If someone asked me to choose one verse to summarize the essence of the Bible, I would choose Psalm 46:10. Many Christians know the first part but don’t realize—there is more to the verse. We love the personal benefits of, “Be still, and know that I am God.” But we consciously or unconsciously disconnect that truth from its global implications. We develop an evangelical theology that places man at the center and neglects God’s redemptive purpose.
The major focus of American Christian thought and practice may seem to be, What can God do for me? Our lives reflect a belief that God’s global priority is to make His disciples more comfortable. Don’t get me wrong: I believe that God desires to bless us. God’s desire to bless His people is a major theme of the Bible. But if we focus on the theme of blessing alone, we distort the truth. We lose the context in which God gives us blessings. We must take into account God’s redemptive purpose.
God’s Global Purpose
The purpose of God’s Heart for the Nations, Radical’s most recent Bible study, is to help create an awareness of one of the most ignored themes of the Bible—God’s global purpose. His global purpose is a redemptive purpose. It is his desire and activity of redeeming mankind, the nations, to Himself. It involves the active pursuit of worshipers from all the peoples of the earth who will give Him the glory due His name. God’s blessings and His global purpose are beautifully woven together in the Bible. My conviction is that in order to correctly interpret and apply Scripture, it is essential to understand the connection between these two themes. To ignore either one leads to misinterpretation and faulty application. Ultimately, lives will be misdirected.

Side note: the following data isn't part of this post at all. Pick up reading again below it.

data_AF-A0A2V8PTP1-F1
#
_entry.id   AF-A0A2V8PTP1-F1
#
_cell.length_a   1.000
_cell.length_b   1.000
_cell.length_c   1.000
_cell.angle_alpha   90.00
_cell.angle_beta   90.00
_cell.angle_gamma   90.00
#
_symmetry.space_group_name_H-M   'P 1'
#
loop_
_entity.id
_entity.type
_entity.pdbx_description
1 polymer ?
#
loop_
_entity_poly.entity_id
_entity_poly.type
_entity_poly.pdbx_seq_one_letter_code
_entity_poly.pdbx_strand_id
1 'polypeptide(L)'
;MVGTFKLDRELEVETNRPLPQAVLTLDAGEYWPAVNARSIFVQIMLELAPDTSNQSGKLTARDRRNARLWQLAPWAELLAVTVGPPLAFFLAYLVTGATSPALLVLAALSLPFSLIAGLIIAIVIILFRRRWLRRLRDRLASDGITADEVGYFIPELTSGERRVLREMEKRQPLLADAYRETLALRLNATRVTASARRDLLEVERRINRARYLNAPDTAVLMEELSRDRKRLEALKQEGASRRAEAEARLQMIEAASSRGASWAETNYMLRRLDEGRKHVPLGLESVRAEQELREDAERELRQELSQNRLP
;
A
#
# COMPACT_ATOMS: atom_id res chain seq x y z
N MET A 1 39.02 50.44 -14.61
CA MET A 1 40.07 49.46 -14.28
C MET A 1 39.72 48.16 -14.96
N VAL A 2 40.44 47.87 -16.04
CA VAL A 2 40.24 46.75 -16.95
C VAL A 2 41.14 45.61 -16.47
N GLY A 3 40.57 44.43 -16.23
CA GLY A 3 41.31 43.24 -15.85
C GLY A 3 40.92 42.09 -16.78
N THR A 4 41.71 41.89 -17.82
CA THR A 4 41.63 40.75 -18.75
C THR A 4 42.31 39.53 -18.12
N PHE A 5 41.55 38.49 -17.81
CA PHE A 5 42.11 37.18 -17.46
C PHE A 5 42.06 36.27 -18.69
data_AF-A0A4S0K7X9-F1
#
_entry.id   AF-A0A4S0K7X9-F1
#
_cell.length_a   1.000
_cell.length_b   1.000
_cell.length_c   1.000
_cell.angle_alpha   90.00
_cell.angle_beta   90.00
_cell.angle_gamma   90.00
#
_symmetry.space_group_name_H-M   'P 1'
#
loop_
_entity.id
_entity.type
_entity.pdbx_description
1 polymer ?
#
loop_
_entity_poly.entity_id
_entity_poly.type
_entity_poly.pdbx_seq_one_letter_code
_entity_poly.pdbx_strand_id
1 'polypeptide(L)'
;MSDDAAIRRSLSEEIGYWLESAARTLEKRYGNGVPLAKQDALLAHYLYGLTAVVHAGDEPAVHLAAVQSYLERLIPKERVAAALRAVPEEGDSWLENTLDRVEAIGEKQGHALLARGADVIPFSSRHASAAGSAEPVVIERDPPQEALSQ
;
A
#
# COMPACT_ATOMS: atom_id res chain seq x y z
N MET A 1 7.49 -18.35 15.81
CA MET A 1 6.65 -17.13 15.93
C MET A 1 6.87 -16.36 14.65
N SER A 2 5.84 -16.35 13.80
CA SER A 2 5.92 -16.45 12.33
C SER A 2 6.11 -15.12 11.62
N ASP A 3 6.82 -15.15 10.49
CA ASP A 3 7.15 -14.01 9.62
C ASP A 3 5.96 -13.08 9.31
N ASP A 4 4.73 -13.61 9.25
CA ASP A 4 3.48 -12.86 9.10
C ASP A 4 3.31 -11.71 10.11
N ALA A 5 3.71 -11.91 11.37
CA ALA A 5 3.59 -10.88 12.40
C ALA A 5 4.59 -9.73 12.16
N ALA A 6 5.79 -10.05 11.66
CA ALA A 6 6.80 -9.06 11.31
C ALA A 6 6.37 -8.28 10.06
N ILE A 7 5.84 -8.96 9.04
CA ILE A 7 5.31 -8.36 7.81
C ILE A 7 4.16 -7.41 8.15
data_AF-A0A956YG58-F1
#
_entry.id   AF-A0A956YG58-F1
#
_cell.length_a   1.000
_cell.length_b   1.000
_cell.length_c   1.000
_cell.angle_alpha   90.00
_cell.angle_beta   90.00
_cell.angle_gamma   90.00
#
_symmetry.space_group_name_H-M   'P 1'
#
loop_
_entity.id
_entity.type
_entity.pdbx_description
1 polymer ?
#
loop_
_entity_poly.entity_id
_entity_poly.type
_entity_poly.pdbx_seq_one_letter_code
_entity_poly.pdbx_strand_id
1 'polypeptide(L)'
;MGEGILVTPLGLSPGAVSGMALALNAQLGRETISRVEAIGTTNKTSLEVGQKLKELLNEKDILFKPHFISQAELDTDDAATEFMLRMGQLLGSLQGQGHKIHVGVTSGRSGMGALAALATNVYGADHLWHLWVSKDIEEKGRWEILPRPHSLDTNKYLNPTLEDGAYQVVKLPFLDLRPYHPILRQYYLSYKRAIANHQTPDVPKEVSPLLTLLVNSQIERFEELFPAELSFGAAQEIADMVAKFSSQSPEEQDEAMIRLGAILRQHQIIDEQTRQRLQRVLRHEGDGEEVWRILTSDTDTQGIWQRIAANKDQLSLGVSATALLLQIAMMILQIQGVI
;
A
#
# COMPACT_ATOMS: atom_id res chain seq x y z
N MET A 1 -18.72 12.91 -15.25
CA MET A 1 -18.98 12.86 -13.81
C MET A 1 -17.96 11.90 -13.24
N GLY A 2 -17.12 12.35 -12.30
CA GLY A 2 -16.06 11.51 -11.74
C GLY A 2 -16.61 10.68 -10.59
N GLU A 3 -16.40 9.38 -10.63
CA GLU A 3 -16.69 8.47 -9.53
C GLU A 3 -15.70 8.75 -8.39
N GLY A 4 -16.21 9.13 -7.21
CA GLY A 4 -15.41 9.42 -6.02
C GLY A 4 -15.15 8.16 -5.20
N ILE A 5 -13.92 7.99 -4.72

Connecting God’s Blessings to his Redemptive purpose gives us a beautiful picture of who he is. In order to understand how these two themes relate, it’s important that we get our minds around the chief end for which God does all things—His own glory.
Throughout the ages, many people have written books to declare the meaning of this word. It seems so transcendent to me that I cower from trying to understand it. Consider the following: It is the splendor, majesty, honor, and reputation of God. Glory is used to describe the power of God. The Hebrew word most often translated “glory” in the Old Testament is kabod, and it can refer to the weightiness, honor, and/or splendor of the holy and majestic God of Scripture. God makes His glory known to the world as He manifests His character, attributes, and actions. On another level, the term speaks of our delight, boasting, and praise of God. We glorify God as God manifests Himself in us through our words and actions. We glorify God as we recognize Him in our obedience, confession, praise, delight, and service in the world.
God’s passion for His name and His glory is the supreme reason for His actions in the world. That’s the foundational concept this Bible study is built upon. God’s passion for His own glory does not lessen the fact that He loves us; in fact, it strengthens the concept of His love for us. God’s passion for
His name should be our central motivation for world evangelization. God is not receiving the worship that is due to His name; therefore, God is calling out worshipers from among the nations, and He’s doing it through the witness of the church. Every church and every follower of Jesus Christ is called to participate in this global activity. We can connect God’s Blessing’s to his Redemptive purpose to give us a beautiful picture of who he is.
This excerpt is adapted from God’s Heart for the Nations.